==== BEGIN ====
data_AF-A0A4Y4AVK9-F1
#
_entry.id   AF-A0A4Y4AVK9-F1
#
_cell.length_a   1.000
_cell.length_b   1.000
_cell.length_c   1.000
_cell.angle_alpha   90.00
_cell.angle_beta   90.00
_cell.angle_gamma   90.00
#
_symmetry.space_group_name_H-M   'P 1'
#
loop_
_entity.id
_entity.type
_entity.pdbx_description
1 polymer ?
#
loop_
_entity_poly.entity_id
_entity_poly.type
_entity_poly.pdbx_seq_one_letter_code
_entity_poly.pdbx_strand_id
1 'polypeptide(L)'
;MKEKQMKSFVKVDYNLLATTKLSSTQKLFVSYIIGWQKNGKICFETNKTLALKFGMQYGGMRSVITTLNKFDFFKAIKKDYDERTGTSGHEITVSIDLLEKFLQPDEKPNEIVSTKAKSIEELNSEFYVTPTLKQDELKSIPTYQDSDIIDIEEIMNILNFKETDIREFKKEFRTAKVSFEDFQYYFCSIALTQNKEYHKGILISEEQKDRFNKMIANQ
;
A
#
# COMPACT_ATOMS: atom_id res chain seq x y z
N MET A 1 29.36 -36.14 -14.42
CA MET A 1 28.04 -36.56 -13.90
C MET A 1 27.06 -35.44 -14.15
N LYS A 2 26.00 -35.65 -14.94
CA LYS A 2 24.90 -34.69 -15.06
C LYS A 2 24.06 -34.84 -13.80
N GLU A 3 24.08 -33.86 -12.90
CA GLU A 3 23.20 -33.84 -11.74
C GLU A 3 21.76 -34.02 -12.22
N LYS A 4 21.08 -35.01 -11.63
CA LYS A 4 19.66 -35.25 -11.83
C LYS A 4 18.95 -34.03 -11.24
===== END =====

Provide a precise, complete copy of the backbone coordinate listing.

data_AF-A0A4Y4AVK9-F1
#
_entry.id   AF-A0A4Y4AVK9-F1
#
_cell.length_a   1.000
_cell.length_b   1.000
_cell.length_c   1.000
_cell.angle_alpha   90.00
_cell.angle_beta   90.00
_cell.angle_gamma   90.00
#
_symmetry.space_group_name_H-M   'P 1'
#
loop_
_entity.id
_entity.type
_entity.pdbx_description
1 polymer ?
#
loop_
_entity_poly.entity_id
_entity_poly.type
_entity_poly.pdbx_seq_one_letter_code
_entity_poly.pdbx_strand_id
1 'polypeptide(L)'
;MKEKQMKSFVKVDYNLLATTKLSSTQKLFVSYIIGWQKNGKICFETNKTLALKFGMQYGGMRSVITTLNKFDFFKAIKKDYDERTGTSGHEITVSIDLLEKFLQPDEKPNEIVSTKAKSIEELNSEFYVTPTLKQDELKSIPTYQDSDIIDIEEIMNILNFKETDIREFKKEFRTAKVSFEDFQYYFCSIALTQNKEYHKGILISEEQKDRFNKMIANQ
;
A
#
# COMPACT_ATOMS: atom_id res chain seq x y z
N MET A 1 29.36 -36.14 -14.42
CA MET A 1 28.04 -36.56 -13.90
C MET A 1 27.06 -35.44 -14.15
N LYS A 2 26.00 -35.65 -14.94
CA LYS A 2 24.90 -34.69 -15.06
C LYS A 2 24.06 -34.84 -13.80
N GLU A 3 24.08 -33.86 -12.90
CA GLU A 3 23.20 -33.84 -11.74
C GLU A 3 21.76 -34.02 -12.22
N LYS A 4 21.08 -35.01 -11.63
CA LYS A 4 19.66 -35.25 -11.83
C LYS A 4 18.95 -34.03 -11.24